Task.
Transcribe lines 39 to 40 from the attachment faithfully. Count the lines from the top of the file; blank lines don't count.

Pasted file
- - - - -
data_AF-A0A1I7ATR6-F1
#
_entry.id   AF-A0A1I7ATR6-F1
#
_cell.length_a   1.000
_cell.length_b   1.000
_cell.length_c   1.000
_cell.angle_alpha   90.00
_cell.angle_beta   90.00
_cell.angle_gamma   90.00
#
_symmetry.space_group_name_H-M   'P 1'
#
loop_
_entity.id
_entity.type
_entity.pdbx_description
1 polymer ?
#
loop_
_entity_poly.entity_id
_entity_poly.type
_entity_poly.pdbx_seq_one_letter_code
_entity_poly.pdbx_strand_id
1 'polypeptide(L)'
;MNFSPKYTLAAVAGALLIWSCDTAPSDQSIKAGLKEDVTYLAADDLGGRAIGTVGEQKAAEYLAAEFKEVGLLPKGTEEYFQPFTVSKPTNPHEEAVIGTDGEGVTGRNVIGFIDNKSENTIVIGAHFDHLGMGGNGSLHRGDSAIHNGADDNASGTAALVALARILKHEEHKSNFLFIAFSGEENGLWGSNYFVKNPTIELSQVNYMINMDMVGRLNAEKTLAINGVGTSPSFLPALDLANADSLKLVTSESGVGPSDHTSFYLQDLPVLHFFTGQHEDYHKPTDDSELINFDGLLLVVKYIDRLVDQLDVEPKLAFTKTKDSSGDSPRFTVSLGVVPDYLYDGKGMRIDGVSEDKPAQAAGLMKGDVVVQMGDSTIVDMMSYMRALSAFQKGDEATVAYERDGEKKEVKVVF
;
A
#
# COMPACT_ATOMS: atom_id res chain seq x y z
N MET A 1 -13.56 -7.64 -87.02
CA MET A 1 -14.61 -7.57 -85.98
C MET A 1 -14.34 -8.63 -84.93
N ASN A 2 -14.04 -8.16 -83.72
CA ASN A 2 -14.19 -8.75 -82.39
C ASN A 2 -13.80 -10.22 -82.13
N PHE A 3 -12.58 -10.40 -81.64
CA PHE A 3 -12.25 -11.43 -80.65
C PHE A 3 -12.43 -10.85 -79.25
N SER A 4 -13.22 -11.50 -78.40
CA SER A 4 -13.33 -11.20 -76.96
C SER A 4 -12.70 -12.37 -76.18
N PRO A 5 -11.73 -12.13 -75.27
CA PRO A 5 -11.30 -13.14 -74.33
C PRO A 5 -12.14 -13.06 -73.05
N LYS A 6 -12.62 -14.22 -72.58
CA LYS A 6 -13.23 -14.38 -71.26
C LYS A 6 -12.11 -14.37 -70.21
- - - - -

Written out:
C PHE A 3 -12.43 -10.85 -79.25
N SER A 4 -13.22 -11.50 -78.40